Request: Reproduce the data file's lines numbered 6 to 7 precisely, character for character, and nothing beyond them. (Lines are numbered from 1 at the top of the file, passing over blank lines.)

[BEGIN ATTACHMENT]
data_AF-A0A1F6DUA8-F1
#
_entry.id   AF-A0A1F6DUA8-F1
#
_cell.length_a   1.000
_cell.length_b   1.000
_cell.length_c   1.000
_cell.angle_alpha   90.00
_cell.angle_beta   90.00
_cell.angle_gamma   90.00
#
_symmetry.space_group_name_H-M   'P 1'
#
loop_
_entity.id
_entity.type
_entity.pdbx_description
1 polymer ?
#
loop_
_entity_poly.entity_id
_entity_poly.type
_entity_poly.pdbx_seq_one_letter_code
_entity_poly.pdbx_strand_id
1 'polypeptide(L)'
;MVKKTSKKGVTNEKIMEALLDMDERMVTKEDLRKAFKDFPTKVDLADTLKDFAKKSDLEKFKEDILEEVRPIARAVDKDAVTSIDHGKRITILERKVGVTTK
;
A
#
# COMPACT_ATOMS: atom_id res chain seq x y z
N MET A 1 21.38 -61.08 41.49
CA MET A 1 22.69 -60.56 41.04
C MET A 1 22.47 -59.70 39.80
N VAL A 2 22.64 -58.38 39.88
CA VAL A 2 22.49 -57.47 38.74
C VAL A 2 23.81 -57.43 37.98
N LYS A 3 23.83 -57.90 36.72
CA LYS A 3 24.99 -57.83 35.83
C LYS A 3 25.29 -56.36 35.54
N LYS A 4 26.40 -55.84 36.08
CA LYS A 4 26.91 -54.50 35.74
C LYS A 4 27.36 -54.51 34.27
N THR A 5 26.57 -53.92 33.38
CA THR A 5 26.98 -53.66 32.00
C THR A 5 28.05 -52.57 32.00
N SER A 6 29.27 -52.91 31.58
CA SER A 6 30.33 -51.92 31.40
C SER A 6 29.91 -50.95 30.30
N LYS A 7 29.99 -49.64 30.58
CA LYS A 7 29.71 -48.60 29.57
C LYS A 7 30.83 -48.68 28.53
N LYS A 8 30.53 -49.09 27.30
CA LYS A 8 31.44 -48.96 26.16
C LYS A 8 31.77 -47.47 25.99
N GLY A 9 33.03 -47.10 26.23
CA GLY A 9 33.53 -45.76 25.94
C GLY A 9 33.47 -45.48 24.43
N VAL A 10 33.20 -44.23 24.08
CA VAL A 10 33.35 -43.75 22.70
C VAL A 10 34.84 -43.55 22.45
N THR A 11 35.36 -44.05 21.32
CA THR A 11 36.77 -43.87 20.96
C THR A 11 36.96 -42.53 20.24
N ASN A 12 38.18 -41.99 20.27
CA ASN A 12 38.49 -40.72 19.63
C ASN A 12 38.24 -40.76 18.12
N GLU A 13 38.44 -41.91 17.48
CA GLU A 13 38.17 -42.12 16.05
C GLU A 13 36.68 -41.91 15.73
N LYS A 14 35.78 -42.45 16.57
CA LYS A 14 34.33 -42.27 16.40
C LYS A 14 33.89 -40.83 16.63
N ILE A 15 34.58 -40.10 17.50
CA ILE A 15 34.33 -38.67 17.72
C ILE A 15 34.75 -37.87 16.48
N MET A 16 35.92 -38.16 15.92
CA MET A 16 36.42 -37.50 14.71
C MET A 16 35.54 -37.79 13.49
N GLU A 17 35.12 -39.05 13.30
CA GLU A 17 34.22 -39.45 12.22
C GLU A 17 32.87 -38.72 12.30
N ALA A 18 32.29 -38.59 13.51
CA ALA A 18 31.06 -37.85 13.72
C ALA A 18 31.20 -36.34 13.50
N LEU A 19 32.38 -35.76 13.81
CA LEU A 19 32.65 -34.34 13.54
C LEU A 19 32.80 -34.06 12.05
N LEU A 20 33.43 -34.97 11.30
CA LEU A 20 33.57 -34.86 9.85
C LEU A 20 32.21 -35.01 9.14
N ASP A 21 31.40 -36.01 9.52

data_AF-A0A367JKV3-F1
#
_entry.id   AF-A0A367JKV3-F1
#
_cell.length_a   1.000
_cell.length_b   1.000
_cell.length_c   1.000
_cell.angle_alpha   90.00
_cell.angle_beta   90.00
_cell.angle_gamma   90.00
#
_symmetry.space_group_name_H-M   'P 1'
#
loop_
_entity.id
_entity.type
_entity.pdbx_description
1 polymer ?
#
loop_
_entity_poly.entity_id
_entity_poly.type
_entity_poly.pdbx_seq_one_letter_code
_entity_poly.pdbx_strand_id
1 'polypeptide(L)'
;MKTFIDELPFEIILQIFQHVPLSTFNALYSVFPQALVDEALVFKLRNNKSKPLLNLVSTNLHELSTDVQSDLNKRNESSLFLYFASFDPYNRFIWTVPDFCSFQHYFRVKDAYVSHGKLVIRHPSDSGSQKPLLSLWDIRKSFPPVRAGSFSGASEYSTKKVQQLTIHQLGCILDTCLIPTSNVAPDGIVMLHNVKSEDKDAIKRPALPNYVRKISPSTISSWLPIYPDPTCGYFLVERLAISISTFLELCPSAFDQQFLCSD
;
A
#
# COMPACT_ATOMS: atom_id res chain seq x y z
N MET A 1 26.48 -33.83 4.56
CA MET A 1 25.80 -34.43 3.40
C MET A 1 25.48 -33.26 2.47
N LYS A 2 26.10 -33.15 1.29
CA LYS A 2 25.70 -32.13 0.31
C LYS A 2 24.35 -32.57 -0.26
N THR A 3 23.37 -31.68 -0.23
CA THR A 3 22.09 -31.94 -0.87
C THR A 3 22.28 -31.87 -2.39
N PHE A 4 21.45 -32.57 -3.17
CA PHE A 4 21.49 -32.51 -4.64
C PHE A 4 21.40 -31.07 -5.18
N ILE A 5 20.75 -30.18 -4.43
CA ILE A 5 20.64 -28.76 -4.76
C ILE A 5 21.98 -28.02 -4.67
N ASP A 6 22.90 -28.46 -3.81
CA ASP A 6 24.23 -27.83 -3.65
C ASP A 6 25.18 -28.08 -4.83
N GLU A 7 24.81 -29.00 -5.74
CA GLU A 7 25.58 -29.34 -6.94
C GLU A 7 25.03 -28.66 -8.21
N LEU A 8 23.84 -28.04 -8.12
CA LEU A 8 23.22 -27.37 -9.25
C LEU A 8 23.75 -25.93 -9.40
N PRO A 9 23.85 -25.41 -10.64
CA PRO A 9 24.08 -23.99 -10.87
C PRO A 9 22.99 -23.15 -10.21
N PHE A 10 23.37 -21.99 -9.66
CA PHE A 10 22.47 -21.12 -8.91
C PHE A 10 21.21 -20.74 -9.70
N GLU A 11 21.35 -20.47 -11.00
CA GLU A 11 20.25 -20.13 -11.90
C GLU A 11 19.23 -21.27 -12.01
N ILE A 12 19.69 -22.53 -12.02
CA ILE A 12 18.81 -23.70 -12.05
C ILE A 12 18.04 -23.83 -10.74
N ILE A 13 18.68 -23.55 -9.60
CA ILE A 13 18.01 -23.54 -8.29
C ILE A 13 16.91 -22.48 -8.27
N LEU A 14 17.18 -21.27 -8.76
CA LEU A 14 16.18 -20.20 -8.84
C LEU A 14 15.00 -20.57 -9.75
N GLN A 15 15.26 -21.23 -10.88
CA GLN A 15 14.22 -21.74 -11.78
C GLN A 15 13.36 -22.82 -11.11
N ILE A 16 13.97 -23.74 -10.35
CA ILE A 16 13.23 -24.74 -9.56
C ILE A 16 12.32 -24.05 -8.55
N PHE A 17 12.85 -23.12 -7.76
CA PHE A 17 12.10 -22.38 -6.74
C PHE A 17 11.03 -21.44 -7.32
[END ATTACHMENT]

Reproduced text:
_cell.length_b   1.000
_cell.length_c   1.000